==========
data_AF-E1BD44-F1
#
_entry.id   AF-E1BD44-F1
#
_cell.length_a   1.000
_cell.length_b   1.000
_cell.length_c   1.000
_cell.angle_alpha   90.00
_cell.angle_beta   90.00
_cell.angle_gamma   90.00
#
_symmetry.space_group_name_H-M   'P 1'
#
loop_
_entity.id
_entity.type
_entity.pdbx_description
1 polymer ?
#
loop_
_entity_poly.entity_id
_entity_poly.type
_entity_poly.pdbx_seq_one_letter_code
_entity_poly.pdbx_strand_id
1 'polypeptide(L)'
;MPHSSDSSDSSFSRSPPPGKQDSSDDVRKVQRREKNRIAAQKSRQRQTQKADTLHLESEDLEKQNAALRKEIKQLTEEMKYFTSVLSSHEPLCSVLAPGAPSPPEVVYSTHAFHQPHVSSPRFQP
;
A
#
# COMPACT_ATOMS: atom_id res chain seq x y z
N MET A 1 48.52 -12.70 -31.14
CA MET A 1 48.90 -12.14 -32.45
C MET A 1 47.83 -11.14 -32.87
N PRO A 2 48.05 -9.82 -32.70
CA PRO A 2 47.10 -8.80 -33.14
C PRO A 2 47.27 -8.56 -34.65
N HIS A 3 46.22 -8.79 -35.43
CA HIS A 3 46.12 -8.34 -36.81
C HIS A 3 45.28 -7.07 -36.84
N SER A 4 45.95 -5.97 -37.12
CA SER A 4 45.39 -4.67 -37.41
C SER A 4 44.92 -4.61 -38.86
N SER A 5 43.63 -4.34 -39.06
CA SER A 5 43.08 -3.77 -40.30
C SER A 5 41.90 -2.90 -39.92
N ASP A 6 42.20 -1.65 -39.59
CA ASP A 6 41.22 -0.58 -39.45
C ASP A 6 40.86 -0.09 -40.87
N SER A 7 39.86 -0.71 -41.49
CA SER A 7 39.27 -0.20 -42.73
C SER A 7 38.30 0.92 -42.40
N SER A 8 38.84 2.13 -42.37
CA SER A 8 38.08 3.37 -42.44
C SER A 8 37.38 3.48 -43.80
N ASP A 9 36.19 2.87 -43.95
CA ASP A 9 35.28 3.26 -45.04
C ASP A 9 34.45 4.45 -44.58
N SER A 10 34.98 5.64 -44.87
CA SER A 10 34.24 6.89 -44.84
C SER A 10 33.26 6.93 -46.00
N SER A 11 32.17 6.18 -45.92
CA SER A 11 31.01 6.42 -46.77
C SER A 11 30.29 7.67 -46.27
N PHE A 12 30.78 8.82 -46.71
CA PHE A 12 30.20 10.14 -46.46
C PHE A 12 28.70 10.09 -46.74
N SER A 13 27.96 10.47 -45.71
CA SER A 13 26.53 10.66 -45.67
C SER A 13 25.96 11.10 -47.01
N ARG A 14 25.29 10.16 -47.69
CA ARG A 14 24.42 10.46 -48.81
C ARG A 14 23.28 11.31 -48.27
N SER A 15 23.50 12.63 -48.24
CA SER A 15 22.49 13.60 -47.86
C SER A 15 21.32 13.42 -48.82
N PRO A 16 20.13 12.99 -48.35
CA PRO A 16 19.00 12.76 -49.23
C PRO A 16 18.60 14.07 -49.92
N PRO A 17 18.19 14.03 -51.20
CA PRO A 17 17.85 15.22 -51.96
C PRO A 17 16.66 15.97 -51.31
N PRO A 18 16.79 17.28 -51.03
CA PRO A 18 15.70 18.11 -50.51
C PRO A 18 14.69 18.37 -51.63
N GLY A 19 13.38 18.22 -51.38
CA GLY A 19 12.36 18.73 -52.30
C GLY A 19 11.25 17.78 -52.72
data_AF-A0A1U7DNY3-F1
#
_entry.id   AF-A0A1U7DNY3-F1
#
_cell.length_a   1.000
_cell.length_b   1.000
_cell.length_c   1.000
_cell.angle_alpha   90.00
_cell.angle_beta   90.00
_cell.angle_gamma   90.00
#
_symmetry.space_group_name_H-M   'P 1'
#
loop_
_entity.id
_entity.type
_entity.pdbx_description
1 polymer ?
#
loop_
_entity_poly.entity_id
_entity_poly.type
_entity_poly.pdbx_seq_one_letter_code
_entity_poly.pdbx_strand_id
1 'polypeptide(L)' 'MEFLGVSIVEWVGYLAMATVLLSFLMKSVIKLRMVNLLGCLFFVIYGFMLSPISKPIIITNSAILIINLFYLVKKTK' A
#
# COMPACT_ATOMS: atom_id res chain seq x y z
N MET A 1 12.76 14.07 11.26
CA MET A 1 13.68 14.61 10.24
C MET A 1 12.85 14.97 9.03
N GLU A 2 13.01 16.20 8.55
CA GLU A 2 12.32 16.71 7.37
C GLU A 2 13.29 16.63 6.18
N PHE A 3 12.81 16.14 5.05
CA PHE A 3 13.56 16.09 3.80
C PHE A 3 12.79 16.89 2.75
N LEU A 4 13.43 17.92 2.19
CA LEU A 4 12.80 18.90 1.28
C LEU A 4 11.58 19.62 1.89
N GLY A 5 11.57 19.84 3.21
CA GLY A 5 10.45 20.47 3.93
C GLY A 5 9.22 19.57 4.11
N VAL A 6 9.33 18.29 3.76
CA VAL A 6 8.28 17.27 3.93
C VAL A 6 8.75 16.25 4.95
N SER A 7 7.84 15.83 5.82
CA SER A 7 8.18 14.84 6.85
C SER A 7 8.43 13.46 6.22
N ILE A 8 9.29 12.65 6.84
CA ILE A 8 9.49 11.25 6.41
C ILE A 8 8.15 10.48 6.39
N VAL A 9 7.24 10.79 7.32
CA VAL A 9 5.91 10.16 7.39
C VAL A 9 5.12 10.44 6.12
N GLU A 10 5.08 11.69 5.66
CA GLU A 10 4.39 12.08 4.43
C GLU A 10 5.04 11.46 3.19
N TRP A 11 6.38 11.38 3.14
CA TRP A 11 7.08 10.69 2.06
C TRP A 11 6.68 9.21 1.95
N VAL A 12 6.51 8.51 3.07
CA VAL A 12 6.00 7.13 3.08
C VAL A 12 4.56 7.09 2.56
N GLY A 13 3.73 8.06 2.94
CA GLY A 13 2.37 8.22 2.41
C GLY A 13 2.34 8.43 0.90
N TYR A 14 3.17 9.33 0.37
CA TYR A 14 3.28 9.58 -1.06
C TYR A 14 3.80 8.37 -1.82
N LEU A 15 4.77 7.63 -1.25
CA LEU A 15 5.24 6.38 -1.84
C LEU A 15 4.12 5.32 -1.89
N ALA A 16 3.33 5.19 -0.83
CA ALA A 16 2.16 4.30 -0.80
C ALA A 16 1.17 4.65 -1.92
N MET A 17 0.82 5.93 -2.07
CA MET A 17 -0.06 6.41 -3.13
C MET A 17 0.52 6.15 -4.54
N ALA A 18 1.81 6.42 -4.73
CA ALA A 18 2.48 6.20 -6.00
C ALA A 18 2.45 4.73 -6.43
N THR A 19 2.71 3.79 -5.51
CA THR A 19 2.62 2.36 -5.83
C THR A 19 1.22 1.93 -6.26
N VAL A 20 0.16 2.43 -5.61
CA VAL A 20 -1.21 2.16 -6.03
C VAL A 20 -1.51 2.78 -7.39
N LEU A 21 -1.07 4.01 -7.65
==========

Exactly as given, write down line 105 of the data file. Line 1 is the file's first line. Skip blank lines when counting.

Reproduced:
1 polymer ?